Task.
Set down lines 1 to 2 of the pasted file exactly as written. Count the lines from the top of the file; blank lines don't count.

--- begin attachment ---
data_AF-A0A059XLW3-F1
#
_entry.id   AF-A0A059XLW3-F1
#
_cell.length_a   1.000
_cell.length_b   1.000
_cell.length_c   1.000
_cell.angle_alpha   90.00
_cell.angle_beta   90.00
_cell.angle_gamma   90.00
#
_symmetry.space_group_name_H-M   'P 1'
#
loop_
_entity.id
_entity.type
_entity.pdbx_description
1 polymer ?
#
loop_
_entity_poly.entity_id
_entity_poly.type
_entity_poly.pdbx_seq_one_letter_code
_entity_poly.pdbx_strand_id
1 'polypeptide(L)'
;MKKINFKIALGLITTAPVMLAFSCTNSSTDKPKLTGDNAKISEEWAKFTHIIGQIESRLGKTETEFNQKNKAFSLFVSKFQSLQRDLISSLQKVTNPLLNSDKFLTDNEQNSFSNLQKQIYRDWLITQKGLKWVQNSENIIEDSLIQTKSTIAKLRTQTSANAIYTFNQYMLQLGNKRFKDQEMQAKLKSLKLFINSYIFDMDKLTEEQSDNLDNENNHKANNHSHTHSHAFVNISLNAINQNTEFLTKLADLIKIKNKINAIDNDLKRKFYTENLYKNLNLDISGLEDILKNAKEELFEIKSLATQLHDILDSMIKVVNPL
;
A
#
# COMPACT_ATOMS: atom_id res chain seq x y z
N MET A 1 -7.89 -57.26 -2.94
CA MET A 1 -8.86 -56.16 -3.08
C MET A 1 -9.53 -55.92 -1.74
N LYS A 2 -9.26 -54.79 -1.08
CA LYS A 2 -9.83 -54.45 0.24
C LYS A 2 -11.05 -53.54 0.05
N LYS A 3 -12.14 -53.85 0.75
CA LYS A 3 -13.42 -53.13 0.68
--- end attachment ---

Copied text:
data_AF-A0A059XLW3-F1
#